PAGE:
Posted on 03/30/15 at 9:44am

According to the Michigan Department of Education (MDE), there is no provision in state or federal law that allows parents to opt their children out of assessments, like the M-STEP currently being administered in schools, without it counting against their school and district’s participation rates. MDE offered its official position last week in a memo to ISD Superintendents, Local Agency Superintendents, and Public School Academy Directors.

Posted on 03/30/15 at 9:15am

MEA is partnering with NEA, the Center for Teaching Quality (CTQ) and the National Board for Professional Teaching Standards to sponsor the Teaching Leadership Initiative (TLI) program. If you’re an MEA member and ready to take hold of your career and learn to lead in matters of practice and policy—if you’re an MEA member eager to make a difference in your classroom, but not sure where to begin—TLI is for you.

Posted on 03/30/15 at 9:33am

The two vendors who are currently administering the 2015 Michigan Student Test of Educational Progress (M-STEP) assessments won a three-year contract to continue their work. Data Recognition Corporation, a Minnesota-based company, and North Carolina-based Measurement, Inc. were awarded the contract by the Michigan Department of Education (MDE) and the Department of Technology, Management and Budget (DTMB). 

Posted on 03/25/15 at 10:10am

The Center for Michigan, a nonprofit and nonpartisan organization, is collecting feedback from Michigan citizens about the Michigan workforce experience through an online surveyThey’re specifically looking for information from educators like you about career navigation.

Posted on 03/25/15 at 1:20pm

The ice has melted and the roads are worse.

Michigan’s deteriorating roads and bridges pose a serious safety threat to drivers. Crater-size potholes are responsible for extensive damage to our automobiles.

Posted on 03/23/15 at 12:01pm

There is a push on for the next two weeks to ensure that reauthorization of the federal Elementary and Secondary Education Act (ESEA) is done right this time. It's expected that the Senate will take up the ESEA on April 14.

Latest AYP results posted on new state website

AYP results released this week are posted on the new education information website, MI School Data.

Lansing teachers lose appeal in assault case

The Court of Appeals ruled against three Lansing teachers who wanted a group of Lansing students expelled because of the students’ alleged assault on them.

New school data ‘dashboard’ one of five financial best practices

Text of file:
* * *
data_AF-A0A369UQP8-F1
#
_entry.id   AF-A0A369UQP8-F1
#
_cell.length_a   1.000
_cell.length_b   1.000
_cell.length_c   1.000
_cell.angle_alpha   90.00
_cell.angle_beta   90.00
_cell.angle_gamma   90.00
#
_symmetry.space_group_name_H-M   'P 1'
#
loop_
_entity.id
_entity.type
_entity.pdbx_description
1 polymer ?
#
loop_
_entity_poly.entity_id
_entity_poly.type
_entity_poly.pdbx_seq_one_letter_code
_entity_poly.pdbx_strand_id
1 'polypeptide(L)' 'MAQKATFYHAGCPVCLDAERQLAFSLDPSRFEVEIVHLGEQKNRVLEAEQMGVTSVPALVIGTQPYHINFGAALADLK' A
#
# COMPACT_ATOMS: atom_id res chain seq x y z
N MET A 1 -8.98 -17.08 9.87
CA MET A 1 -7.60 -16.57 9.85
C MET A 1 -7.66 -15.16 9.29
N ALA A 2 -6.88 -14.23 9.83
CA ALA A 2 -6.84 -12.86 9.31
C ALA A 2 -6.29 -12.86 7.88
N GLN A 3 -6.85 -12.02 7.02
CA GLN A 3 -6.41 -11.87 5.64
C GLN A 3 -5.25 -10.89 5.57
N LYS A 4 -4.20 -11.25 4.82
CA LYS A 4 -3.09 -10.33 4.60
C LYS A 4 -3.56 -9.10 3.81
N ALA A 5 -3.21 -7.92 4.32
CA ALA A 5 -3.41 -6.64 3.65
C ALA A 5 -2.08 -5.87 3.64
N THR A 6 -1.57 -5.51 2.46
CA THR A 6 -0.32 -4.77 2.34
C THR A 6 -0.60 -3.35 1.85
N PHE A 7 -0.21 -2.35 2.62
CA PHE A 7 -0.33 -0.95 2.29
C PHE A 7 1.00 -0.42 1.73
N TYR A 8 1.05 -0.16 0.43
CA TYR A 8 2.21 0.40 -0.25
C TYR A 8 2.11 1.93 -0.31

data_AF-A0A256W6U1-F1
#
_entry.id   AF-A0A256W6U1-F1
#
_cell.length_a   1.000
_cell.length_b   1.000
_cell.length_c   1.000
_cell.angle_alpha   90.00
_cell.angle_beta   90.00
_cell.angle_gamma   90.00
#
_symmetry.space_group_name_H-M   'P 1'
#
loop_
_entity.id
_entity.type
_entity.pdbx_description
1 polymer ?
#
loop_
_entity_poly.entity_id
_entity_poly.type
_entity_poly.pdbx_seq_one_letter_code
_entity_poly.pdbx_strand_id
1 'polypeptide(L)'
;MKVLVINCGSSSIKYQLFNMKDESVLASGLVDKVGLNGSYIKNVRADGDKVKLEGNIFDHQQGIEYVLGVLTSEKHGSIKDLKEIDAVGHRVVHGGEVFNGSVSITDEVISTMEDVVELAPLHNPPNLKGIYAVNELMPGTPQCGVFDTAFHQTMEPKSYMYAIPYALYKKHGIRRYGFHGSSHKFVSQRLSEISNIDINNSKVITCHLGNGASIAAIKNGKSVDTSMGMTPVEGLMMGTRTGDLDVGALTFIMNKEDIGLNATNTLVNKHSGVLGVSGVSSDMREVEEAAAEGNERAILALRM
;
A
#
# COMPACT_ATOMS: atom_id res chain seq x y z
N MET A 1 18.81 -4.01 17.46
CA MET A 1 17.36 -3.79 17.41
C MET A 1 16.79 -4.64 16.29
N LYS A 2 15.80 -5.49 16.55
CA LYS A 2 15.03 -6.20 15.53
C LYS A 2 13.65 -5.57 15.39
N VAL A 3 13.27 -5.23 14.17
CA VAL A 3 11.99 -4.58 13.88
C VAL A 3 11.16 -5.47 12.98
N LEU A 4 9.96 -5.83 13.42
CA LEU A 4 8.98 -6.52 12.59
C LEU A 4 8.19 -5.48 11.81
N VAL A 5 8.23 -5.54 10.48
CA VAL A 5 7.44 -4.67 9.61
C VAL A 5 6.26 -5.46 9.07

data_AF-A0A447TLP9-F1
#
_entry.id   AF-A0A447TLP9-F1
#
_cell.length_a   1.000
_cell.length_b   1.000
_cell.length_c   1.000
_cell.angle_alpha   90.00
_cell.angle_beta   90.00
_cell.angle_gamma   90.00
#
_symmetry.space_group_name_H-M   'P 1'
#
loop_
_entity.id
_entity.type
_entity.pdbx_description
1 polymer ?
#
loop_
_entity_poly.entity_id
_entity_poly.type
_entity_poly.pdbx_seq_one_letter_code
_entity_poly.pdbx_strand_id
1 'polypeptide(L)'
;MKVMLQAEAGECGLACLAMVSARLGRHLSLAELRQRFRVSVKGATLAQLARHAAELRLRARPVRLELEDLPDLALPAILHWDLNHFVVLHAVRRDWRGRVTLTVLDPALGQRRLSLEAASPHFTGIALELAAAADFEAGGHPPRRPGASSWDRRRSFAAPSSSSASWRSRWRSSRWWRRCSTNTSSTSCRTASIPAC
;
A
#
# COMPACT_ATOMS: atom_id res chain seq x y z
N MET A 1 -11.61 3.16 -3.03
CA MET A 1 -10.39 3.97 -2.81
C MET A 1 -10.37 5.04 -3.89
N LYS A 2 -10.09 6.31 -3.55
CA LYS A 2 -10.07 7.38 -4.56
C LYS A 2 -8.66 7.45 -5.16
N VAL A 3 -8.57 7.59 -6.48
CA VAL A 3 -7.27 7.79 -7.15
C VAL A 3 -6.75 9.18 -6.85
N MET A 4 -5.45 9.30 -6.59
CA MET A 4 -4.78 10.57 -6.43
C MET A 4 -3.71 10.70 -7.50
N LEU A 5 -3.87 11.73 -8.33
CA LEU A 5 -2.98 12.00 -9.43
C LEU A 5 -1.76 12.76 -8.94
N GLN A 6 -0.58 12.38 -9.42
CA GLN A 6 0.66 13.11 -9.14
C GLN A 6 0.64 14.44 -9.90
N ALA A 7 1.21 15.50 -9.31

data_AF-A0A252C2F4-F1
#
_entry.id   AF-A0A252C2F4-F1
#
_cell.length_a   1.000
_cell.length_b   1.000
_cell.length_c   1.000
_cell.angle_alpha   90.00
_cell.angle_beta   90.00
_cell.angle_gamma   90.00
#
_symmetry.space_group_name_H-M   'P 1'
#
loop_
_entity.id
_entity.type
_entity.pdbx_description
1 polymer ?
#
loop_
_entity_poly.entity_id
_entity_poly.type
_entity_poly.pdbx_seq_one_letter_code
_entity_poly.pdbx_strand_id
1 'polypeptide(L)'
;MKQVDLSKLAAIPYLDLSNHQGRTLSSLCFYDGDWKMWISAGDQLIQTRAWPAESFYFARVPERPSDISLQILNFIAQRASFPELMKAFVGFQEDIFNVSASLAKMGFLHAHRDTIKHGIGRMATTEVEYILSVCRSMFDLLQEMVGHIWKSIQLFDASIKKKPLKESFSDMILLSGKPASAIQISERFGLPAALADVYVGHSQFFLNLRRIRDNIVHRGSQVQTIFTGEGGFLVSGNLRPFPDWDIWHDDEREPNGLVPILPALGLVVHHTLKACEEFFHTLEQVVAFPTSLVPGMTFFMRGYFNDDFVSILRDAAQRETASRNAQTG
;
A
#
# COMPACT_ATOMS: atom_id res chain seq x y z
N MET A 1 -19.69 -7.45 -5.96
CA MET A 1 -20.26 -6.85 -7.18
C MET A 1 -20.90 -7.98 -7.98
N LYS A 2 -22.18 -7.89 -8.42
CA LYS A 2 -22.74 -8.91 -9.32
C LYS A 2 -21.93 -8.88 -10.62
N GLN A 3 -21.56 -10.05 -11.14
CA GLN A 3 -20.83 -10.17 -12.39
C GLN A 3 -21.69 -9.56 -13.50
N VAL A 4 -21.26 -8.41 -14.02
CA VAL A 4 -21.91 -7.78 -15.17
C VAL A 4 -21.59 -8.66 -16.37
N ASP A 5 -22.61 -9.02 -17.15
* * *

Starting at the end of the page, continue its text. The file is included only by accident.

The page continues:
MI School Data, a new education information website, was launched this week to provide information on K-12 schools and school districts across the state.

Why right-to-work is wrong

The We Are the People coalition has released a Truth Squad video on why right-to-work is wrong.

Retiree groups challenge pension tax

The State Employee Retirement Association, the National Active and Retired Federal Employees Association and AARP have joined together on a brief before the Supreme Court arguing that the income tax on pensions that Snyder pushed is unconstitutional. In their amicus brief, the groups cite a constitutional guarantee exempting state worker pensions from taxes.

The Supreme Court has scheduled arguments on Sept. 7.

Snyder signs redistricting bills

About an hour before they would have taken effect without his signature, Gov. Snyder signed redistricting bills this week. The bills are now Public Acts 128 and 129.

Parental involvement focus of education reform meeting

Trying to find a legislative solution to a lack of parental involvement in schools, an education reform committee considered the idea of withholding public assistance payments if parents didn’t attend teacher conferences.

Rep. Tim Melton (D-Auburn) suggested the possibility at a legislative education reform meeting this week. This is not the first time Melton has made the suggestion. He considers a lack of parental involvement in schools a form of child neglect and believes Child Protective Services should be called in, especially for parents of students in kindergarten through fifth grade with a high percentage of absences.

Will waiving NCLB testing standards bring more 'reforms' or more honesty?

Just days after the state Board of Education asked the U.S. Department of Education for a waiver on No Child Left Behind testing standards so Michigan could boost student proficiency on state assessments, federal education officials announced they’ll waive the rule that calls for states to have 100 percent of students proficient on state tests by 2014.

Snyder names school takeover panel for lowest performing schools

Gov. Rick Snyder appointed 11 people to the board of the new Education Achievement System (EAS) which will take over and run Michigan’s lowest performing schools—starting with 45 failing Detroit public schools.

The 11-member board includes two members appointed by Detroit Public Schools, two members appointed by Eastern Michigan University, and seven members appointed by the governor.

Snyder signs anti-collective bargaining, anti-tenure bills into law

Gov. Rick Snyder signed into law a four-bill package that limits collective bargaining and changes how teachers are evaluated and dismissed in Michigan. Read the full press release sent from the State of Michigan Executive Office on July 19, 2011.

Under the new laws, formerly known as House Bills 4625-4628, teachers will have to wait five years instead of four to earn tenure. Educators will no longer be allowed to collectively bargain teacher placement and teachers at all levels can now be fired for almost any reason. Read more.

Related: Next step is recall of out-of-touch legislators

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